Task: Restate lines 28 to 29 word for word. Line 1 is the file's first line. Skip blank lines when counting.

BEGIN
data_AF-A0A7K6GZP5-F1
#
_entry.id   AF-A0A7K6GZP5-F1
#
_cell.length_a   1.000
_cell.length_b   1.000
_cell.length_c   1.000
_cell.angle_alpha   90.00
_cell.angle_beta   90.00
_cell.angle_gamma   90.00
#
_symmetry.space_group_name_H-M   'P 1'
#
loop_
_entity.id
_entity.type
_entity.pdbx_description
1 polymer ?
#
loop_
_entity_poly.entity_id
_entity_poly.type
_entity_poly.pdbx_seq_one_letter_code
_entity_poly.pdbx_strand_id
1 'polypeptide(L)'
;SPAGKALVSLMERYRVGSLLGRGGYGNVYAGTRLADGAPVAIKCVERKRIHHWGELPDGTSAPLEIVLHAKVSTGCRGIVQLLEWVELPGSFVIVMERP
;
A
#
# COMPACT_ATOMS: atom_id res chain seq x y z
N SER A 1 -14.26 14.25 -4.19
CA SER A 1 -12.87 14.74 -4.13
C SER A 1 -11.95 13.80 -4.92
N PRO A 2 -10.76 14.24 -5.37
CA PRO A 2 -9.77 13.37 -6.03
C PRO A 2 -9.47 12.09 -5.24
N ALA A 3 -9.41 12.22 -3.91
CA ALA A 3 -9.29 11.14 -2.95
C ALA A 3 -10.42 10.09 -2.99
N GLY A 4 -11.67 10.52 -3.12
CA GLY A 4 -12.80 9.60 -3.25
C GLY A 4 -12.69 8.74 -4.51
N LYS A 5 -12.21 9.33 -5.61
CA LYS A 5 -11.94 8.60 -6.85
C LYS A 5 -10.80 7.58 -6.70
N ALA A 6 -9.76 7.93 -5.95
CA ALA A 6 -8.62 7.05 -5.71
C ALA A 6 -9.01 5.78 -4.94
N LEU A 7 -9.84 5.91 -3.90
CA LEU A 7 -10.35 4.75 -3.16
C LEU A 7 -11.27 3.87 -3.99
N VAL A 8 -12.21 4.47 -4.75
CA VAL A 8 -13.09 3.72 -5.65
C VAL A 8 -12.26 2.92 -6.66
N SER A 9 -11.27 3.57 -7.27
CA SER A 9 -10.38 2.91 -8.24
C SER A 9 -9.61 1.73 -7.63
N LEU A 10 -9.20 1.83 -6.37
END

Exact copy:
A
#